Monday, 21 July 2008

PSFK - San Francisco


The PSFK roadshow is gathering steam landing in San Francisco last week and in some ways it kind of felt like PSFK was home. A few moons ago I was stuck in Asia and working on some business that required some Korean insights and trends. I was struggling to deep dive the search engines to find anything new or relevant on the topic and I found success with the PSFK website which was still relatively unknown out in Asia, and I've been a fan ever since.
I was struck by the British planner contingent at PSFK San Francisco, residing in the United States starting off with Ed Cotton from BSSP/Influx Insights who opened up the day with a great presentation on whether we should care about trends and most importantly pointing that getting out of context is where identifying and implementing trends can be most stimulating. PSFK now live blog these events with much better writers than me and and you can check Ed out over here.

Next up was a panel with Colin Nagy (Attention), Kevin Allison (Financial Times), Liz Dunn (Funny or Die), Jeremy Townsend (Ghetto Gourmet), and Amit Gupta (Photojojo, Jelly) talk about being inspired by SF culture. If there is one overwhelming impression for me of San Francisco it's the uniqueness of the place. Somewhat like a European oasis in America in terms of architecture and sensibility but equally nothing like Europe from an innovation and friendliness perspective. I particularly liked Liz Dunn from Funny or Die pointing out that if you're working 14/15 hours a day you're probably not good at your job. We're kind of choking on growth and the only effort that requires that sort of work is something to restrict the growth if that makes any sense.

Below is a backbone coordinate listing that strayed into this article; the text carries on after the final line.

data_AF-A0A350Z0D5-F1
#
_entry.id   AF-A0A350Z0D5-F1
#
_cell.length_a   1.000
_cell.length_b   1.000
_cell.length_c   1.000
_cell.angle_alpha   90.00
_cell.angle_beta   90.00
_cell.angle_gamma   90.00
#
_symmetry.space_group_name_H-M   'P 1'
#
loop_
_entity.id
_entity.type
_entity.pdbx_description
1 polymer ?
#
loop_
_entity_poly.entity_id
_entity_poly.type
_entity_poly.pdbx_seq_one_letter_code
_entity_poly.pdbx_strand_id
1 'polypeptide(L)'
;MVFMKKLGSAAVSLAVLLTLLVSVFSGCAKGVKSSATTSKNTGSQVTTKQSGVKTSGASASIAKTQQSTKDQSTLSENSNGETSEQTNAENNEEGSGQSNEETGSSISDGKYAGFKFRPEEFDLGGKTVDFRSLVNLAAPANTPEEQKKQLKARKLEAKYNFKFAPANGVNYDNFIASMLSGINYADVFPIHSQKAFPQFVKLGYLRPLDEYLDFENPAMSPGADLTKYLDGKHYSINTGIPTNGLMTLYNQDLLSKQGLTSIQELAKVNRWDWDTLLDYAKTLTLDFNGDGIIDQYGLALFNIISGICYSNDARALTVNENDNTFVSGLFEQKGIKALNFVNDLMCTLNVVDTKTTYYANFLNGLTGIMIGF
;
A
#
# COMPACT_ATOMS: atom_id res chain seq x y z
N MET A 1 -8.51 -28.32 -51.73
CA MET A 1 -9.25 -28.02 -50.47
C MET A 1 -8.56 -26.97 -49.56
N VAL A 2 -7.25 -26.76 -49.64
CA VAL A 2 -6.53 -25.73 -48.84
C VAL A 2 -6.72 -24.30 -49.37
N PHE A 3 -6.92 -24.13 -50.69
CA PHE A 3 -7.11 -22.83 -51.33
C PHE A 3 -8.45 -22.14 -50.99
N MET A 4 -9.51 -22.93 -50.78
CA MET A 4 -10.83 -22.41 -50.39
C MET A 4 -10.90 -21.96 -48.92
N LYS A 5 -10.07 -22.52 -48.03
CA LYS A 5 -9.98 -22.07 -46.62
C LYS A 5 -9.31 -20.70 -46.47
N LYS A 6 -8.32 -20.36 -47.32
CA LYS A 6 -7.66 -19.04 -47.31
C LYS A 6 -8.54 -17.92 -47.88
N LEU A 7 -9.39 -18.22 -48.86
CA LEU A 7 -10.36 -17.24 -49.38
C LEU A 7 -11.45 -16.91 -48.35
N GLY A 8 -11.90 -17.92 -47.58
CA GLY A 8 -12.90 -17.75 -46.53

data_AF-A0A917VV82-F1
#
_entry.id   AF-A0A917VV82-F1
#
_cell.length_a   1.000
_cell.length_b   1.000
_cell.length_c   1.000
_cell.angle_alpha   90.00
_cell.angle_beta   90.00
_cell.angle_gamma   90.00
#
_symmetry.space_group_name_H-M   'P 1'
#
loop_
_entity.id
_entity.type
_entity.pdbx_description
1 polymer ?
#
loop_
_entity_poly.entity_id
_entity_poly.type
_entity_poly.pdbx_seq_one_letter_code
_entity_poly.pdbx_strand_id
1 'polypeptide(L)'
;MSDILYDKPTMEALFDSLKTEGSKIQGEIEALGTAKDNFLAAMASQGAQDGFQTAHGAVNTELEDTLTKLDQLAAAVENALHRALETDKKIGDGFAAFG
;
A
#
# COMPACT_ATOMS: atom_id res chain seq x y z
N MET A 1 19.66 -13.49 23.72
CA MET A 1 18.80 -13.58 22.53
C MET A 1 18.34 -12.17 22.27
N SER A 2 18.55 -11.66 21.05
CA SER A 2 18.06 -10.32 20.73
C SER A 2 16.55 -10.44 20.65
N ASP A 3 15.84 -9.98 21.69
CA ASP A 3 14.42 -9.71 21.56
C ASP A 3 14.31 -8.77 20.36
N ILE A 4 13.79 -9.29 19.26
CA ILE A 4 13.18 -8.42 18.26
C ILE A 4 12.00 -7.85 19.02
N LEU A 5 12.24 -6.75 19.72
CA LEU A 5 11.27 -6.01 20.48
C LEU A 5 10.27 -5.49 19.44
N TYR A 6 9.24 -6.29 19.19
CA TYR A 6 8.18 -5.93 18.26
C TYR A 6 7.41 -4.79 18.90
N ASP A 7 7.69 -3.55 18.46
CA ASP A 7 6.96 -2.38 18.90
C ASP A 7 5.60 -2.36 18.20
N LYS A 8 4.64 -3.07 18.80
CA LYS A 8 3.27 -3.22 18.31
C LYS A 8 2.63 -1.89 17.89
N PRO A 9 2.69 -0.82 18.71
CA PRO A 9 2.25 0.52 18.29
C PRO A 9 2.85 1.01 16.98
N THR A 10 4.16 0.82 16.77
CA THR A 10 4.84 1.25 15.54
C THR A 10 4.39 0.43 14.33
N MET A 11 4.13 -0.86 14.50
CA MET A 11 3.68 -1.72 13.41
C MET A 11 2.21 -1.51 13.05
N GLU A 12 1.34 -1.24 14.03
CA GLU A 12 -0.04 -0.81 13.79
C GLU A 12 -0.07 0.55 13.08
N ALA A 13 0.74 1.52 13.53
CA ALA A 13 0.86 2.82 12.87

Next up was the second British planner of the day. Former W&K planner Chris Riley who now works for Apple. Chris talked about three people that inspired him from the bay area and I have to say he chose something quite close to my heart because arriving early in the day at the Fort Mason Centre I noticed next door to the conference centre was the Long Now Project which is an idea built on the premise that we're so anxious about what the future offers we no longer wish to know what it will be like in twenty or fifty years time. I can share that growing up as a young boy in the 70's, that wasn't the case and that as kids we all fantasized about what the future held in store.
The Long Now project resolves this tension in part with great ideas such as placing a 0 in front of the year so this year is actually 02008... Feels better doesn't it? I had no idea that the Long Now Project would be next door from PSFK in San Francisco, after I first read about them in London some time back and furthermore that Chris would talk about his inspiration taken from a founder of the Long Now Project, Stuart Brand. Chris also talked about Alison Waters and Paul Hawken. Two people who have been progressive thinkers in their respective fields and reside in the bay area.
Next up Jen Beckman gave one of the best talks on art and and technology with her site for budding photographers called Hey Hotshot and 20x200. I knew Lauren would dig this lady the most because she took her art seriously and yet also was genuinely passionate about making it accesible and affordable to all, saying that she felt the photography on Hey Hotshot was to her the 'gateway drug' to art she was proud to deal in. I loved that and furthermore was pretty blown away that she discovered one of the most heart wrenching photographers of the decade, Nina Berman, who has been shooting returning gulf war veterans including the memorable photograph from the International Herald Tribune with a returning sergeant marrying his bride in what was clearly an awful car crash of 21st century expectations of love and the reality of matrimony and societal expecations. Let me show you the photograph because I bookmarked it many months ago. You can read all about it over here.